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Boeing’s commercial Crew Space Transportation spacecraft, known as the CST-100, may replace Russia’s Soyuz to become the next spacecraft to ferry U.S. astronauts to and from the International Space Station. An illustration shows how the CST-100 might dock at one of the station’s ports. (Boeing)

Taxi to the Space Station

Should the chief builder of the International Space Station be the company that offers taxi service there? Boeing thinks so.

Ken Bowersox, another former shuttle commander who has consulted with both Boeing and its chief rival in the commercial taxi race, SpaceX, says that in traditional space projects, half the cost comes with the last few capabilities, which are usually added for reasons of safety. “We could never build a vehicle as simple as the Soyuz,” he says, “which is why we don’t have a vehicle at the moment.”

NASA may be ready for a new spaceship paradigm, but is Boeing? This is the overriding question Mulholland and his team will have to answer if the CST-100 is to survive to the maiden voyage with actual pilots. The aviation icon has to fight for the commercial crew vehicle contract, and for the moment, one competitor already has chalked up a victory in a different area. SpaceX has won the “commercial cargo” contest, and its unmanned Dragon spacecraft has been lugging equipment to the station regularly since October 2012. (Orbital Sciences also will ferry cargo there on its Cygnus spacecraft.) A third contestant, Sierra Nevada Space Systems, remains in the running for providing a commercial crew taxi with its Dream Chaser, though during the last round of funding, in July 2012, NASA awarded it less than half the money it gave Boeing and SpaceX (see “The Other Guys,” Aug. 2013).

In a nutshell, Boeing’s mission with the CST-100 is to produce a vehicle that is more reliable than the competition’s while matching SpaceX on cost and speed. And Boeing managers are confident they can do just that. Mulholland points out that Boeing has plenty of commercial market credentials. He finds it “almost incredible that people would doubt the capability of a company that is the largest U.S. exporter [of commercial products].”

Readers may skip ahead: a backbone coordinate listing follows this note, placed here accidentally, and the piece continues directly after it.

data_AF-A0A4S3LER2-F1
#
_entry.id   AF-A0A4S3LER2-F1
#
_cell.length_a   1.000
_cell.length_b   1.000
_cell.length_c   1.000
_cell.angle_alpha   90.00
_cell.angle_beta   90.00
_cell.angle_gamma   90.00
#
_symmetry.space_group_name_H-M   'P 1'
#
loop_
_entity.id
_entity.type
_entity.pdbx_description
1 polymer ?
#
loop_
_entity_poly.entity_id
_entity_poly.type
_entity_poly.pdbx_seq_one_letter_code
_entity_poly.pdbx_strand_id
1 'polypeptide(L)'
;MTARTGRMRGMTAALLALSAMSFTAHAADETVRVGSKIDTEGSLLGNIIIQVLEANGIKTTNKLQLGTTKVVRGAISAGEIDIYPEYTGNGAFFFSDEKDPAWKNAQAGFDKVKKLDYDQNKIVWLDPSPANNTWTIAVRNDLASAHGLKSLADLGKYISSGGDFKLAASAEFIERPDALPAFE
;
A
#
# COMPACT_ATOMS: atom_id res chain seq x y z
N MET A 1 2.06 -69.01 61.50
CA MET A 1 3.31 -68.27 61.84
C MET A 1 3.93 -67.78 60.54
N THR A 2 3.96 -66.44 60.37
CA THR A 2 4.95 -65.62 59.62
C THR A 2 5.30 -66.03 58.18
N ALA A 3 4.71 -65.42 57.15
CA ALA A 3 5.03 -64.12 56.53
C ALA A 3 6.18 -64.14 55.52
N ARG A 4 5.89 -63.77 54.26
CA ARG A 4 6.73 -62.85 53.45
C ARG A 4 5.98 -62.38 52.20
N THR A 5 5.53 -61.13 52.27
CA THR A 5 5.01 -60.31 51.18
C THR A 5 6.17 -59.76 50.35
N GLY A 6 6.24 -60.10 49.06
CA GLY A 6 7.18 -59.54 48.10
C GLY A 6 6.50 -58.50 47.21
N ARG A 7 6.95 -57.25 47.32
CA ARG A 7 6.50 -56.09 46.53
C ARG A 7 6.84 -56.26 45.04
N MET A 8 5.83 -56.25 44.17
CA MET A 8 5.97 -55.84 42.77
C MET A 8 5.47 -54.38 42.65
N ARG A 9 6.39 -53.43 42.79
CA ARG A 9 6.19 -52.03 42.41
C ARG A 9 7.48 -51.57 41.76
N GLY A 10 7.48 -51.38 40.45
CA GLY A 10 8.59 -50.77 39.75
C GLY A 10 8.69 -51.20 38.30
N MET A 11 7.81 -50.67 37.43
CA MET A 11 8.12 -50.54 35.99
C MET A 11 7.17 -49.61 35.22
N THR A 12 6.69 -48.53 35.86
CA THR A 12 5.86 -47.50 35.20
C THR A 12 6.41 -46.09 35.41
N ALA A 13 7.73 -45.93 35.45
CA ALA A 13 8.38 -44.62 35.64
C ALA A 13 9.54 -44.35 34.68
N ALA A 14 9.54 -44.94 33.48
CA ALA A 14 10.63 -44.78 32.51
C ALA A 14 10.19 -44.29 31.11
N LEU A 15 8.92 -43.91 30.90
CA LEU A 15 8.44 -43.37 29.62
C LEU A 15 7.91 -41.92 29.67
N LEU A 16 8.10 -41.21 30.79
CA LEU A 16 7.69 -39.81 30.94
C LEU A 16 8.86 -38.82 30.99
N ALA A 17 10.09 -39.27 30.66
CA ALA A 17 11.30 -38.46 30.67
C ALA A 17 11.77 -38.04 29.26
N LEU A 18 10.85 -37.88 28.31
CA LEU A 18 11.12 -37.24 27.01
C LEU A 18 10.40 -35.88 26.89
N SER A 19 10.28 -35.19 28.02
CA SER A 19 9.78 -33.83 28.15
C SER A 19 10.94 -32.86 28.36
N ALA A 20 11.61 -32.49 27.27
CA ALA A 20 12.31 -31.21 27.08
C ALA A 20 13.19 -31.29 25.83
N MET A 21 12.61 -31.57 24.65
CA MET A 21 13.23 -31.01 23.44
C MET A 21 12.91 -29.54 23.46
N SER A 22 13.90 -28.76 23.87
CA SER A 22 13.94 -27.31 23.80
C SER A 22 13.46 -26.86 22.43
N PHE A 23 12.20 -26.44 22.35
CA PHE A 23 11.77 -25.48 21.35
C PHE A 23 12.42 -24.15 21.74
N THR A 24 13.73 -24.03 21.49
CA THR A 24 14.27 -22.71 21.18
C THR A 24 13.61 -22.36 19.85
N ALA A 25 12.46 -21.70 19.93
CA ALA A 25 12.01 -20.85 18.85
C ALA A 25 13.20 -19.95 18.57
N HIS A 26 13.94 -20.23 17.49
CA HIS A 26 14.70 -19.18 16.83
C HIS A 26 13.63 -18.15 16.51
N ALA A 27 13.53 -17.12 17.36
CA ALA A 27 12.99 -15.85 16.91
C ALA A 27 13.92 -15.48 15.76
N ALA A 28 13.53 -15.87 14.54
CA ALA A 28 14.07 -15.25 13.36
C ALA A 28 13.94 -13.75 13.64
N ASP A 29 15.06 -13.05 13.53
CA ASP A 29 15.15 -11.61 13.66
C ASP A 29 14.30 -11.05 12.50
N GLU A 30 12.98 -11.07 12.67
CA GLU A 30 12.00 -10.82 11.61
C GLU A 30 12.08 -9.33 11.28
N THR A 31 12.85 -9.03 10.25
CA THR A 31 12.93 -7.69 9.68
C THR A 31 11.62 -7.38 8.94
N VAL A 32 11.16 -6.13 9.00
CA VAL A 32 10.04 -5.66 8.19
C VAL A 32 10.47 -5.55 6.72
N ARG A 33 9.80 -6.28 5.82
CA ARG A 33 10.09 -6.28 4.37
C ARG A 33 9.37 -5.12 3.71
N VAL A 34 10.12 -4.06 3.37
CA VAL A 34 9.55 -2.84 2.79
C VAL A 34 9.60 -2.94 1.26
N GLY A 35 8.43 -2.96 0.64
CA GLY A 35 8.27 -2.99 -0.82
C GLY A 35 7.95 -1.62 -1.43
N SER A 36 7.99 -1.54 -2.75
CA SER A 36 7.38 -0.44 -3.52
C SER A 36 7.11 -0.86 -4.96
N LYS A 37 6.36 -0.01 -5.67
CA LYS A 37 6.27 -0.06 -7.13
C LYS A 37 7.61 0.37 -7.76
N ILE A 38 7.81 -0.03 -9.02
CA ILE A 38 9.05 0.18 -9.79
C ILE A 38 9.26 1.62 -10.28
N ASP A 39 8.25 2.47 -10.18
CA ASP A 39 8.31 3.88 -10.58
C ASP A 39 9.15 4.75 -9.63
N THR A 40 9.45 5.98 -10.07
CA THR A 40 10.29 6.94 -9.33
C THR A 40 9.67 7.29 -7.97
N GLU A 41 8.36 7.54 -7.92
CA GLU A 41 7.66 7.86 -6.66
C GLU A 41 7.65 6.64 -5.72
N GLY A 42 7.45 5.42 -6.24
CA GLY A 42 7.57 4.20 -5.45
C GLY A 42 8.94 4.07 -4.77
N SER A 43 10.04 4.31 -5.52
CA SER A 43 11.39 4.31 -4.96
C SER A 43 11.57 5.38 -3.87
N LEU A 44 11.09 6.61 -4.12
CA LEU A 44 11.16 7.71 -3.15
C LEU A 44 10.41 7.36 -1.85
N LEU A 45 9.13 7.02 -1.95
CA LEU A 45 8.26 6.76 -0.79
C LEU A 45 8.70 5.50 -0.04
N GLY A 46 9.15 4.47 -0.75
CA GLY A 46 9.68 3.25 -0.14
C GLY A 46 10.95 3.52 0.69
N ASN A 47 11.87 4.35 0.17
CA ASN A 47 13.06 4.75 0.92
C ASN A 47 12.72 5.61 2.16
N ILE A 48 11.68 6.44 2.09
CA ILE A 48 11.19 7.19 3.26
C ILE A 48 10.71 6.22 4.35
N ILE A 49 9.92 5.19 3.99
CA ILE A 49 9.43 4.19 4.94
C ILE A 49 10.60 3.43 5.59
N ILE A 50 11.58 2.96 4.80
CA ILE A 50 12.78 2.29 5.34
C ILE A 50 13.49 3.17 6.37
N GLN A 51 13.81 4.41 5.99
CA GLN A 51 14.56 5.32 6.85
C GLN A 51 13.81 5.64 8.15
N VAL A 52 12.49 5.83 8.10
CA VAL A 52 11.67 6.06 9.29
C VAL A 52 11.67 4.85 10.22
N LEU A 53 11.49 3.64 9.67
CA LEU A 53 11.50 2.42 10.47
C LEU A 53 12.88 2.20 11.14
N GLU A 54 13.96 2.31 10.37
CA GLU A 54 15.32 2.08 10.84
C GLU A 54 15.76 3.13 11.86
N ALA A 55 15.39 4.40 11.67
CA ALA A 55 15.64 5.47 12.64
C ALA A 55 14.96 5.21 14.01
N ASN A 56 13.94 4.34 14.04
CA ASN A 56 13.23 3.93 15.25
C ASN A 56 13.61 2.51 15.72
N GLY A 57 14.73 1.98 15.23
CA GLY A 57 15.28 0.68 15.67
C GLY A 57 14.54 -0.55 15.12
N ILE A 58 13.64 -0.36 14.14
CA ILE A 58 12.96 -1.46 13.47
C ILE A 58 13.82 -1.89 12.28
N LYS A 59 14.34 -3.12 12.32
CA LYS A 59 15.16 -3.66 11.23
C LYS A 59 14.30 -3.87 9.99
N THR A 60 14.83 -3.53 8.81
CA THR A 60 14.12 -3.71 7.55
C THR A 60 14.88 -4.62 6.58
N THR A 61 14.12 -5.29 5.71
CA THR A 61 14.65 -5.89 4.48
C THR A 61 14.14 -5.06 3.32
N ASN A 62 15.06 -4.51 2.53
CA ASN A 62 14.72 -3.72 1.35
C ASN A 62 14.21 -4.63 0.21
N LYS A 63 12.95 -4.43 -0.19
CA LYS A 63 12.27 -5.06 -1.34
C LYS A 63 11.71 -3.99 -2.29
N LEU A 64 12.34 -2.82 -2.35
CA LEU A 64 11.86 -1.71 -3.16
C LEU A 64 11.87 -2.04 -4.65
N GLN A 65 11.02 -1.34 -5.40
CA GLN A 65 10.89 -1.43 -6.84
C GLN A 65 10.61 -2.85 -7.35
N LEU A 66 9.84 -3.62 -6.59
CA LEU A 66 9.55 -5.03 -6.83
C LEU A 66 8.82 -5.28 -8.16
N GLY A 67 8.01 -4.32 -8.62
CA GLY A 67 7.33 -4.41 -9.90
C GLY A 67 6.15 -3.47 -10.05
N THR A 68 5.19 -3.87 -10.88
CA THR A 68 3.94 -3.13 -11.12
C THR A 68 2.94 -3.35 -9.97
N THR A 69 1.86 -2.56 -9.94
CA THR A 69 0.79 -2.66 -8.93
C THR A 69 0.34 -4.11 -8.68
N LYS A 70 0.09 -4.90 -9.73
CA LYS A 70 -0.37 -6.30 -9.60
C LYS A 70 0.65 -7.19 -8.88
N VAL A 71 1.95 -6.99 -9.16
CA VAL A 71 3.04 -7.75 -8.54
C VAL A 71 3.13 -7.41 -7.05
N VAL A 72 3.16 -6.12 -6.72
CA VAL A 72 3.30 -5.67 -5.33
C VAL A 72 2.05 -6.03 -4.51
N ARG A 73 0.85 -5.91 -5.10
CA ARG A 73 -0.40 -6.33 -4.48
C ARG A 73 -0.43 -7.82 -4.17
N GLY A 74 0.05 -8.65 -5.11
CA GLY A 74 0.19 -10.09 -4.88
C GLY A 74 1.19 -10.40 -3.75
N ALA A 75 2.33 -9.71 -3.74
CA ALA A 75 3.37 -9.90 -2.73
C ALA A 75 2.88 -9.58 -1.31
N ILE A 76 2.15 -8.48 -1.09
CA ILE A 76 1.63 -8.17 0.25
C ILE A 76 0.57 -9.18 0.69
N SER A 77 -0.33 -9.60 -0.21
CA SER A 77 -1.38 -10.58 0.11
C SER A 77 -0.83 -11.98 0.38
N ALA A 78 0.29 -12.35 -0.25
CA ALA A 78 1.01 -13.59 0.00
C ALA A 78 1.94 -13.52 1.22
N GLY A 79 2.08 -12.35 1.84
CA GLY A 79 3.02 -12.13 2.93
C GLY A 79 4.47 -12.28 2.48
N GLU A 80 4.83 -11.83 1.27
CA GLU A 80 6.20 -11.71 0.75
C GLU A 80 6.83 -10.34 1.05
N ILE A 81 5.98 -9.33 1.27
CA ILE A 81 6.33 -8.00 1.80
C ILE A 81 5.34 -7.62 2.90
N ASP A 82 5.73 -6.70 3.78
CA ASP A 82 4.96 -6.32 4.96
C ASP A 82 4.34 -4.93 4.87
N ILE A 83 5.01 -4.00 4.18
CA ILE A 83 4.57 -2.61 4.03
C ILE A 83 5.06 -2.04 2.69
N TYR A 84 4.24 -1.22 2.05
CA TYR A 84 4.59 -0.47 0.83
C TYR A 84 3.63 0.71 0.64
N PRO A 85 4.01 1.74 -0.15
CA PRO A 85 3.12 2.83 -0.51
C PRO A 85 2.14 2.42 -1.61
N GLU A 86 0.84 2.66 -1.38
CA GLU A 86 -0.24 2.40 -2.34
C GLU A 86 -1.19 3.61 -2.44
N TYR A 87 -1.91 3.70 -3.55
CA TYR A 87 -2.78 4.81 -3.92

Mulholland acknowledges that while the new capsule is somewhat different from what the company has done before, Boeing has vast experience in getting people to space and back. He flaunts the cell of hardcore space enthusiasts he has recruited from within the vast Boeing corporate structure. “We have been very successful in getting a young cadre here that is just relentless,” he says. “I’m glad I don’t have to compete with them.”

Mulholland, a crisply organized technocrat whose taut, engineered sentences contrast with his relaxed business-casual dress, has a résumé that is as space-establishment as they come. He joined NASA right after getting his engineering master’s at New Mexico State University in 1986, and worked his way up over 16 years to become deputy operations manager for the shuttle. He jumped to Boeing in 2002, and from 2008 to 2011 rose to be program manager for its shuttle effort. (Boeing absorbed Rockwell in 1996, inheriting the latter company’s contract to build the shuttle.)

But Mulholland doffs the corporate mask with relish to play space-nut-in-chief. At the end of an interview that dwells on the intricacies of systems integration and performance parameters, he jokes: “Humans are going to need another place to live eventually. Single-planet species don’t survive. Just ask the dinosaurs.”

On the other hand, Mulholland stresses that “our focus has been on bringing in mature but innovative approaches,” “mature” meaning those that have been proven over years of manned missions. Mulholland’s response to SpaceX’s latest successes is subtle. “The wonderful thing about cargo is that you can learn as you go,” he says. “If you have an accident, you have lost a lot of money but not crew.” Part of Boeing’s long experience in spaceflight includes, as a partner in United Space Alliance, a return to flight after the loss of a crew.

Ferguson, who does not mind combining his primary job as crew chief with a side job as attack dog, is more to the point. “Manned spaceflight is an unforgiving business, and SpaceX might build up the credibility for it in a dozen years or so,” the former shuttlenaut says. SpaceX founder Elon Musk “is a great guy who has done some fantastic things, but the time for self-congratulation is after everyone is back safe on the ground.”

In the tight-knit space industry, several members feel confident that Mulholland could lead his company to snatch the commercial crew prize. One, James Muncy, a D.C.-based enthusiast who heads both the Space Frontier Foundation and the Polispace Consultancy, says: “SpaceX is like Boeing was under Bill Boeing 90 years ago. But you are seeing a culture inside the CST‑100 that is very different from the rest of Boeing. The fact that Boeing has its own money at stake makes it very different than a cost-plus contract.”

More support comes from Space Adventures, the highly entrepreneurial company best known for sending multi-millionaires for a holiday on the space station via Russia. Space Adventures might seem like a natural fit with SpaceX, but it partnered with the CST-100 program instead when the commercial crew quest was just getting started in 2010. “Boeing has a tremendous space heritage and the CST-100 is a fantastic system,” says company president Tom Shelley.

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